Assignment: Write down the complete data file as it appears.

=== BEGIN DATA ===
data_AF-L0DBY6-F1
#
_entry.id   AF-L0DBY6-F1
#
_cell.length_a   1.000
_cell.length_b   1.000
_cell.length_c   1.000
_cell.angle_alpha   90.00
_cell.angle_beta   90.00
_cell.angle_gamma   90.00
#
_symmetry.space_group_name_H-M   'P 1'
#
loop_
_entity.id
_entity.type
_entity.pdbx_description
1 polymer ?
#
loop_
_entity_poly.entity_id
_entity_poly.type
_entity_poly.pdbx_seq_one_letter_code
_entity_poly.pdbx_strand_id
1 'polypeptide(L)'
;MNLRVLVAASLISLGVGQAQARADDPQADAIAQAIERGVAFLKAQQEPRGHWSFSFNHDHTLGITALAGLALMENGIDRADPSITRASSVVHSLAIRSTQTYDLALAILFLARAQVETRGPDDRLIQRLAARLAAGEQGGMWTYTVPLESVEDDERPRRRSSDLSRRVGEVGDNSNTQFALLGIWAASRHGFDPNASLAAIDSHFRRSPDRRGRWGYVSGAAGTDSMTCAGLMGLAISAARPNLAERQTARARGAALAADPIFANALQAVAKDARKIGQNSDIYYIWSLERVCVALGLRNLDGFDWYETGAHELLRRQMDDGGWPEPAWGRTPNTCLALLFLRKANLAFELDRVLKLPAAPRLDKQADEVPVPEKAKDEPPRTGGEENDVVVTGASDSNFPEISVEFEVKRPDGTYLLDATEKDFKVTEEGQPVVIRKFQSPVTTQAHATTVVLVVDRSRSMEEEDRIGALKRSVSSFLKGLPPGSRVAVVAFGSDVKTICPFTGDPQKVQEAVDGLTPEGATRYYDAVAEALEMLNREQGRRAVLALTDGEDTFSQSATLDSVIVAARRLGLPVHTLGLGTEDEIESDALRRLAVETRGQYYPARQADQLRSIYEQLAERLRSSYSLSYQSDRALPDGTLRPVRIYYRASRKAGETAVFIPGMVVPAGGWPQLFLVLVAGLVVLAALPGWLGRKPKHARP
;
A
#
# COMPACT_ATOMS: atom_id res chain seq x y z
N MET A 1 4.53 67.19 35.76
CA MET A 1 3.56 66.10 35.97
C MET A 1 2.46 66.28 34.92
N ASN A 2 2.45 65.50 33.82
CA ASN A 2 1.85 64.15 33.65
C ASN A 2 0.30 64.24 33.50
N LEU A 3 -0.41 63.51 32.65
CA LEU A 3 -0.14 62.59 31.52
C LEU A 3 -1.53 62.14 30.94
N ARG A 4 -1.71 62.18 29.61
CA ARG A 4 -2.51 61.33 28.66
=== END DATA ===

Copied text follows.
data_AF-L0DBY6-F1
#
_entry.id   AF-L0DBY6-F1
#
_cell.length_a   1.000
_cell.length_b   1.000
_cell.length_c   1.000
_cell.angle_alpha   90.00
_cell.angle_beta   90.00
_cell.angle_gamma   90.00
#
_symmetry.space_group_name_H-M   'P 1'
#
loop_
_entity.id
_entity.type
_entity.pdbx_description
1 polymer ?
#
loop_
_entity_poly.entity_id
_entity_poly.type
_entity_poly.pdbx_seq_one_letter_code
_entity_poly.pdbx_strand_id
1 'polypeptide(L)'
;MNLRVLVAASLISLGVGQAQARADDPQADAIAQAIERGVAFLKAQQEPRGHWSFSFNHDHTLGITALAGLALMENGIDRADPSITRASSVVHSLAIRSTQTYDLALAILFLARAQVETRGPDDRLIQRLAARLAAGEQGGMWTYTVPLESVEDDERPRRRSSDLSRRVGEVGDNSNTQFALLGIWAASRHGFDPNASLAAIDSHFRRSPDRRGRWGYVSGAAGTDSMTCAGLMGLAISAARPNLAERQTARARGAALAADPIFANALQAVAKDARKIGQNSDIYYIWSLERVCVALGLRNLDGFDWYETGAHELLRRQMDDGGWPEPAWGRTPNTCLALLFLRKANLAFELDRVLKLPAAPRLDKQADEVPVPEKAKDEPPRTGGEENDVVVTGASDSNFPEISVEFEVKRPDGTYLLDATEKDFKVTEEGQPVVIRKFQSPVTTQAHATTVVLVVDRSRSMEEEDRIGALKRSVSSFLKGLPPGSRVAVVAFGSDVKTICPFTGDPQKVQEAVDGLTPEGATRYYDAVAEALEMLNREQGRRAVLALTDGEDTFSQSATLDSVIVAARRLGLPVHTLGLGTEDEIESDALRRLAVETRGQYYPARQADQLRSIYEQLAERLRSSYSLSYQSDRALPDGTLRPVRIYYRASRKAGETAVFIPGMVVPAGGWPQLFLVLVAGLVVLAALPGWLGRKPKHARP
;
A
#
# COMPACT_ATOMS: atom_id res chain seq x y z
N MET A 1 4.53 67.19 35.76
CA MET A 1 3.56 66.10 35.97
C MET A 1 2.46 66.28 34.92
N ASN A 2 2.45 65.50 33.82
CA ASN A 2 1.85 64.15 33.65
C ASN A 2 0.30 64.24 33.50
N LEU A 3 -0.41 63.51 32.65
CA LEU A 3 -0.14 62.59 31.52
C LEU A 3 -1.53 62.14 30.94
N ARG A 4 -1.71 62.18 29.61
CA ARG A 4 -2.51 61.33 28.66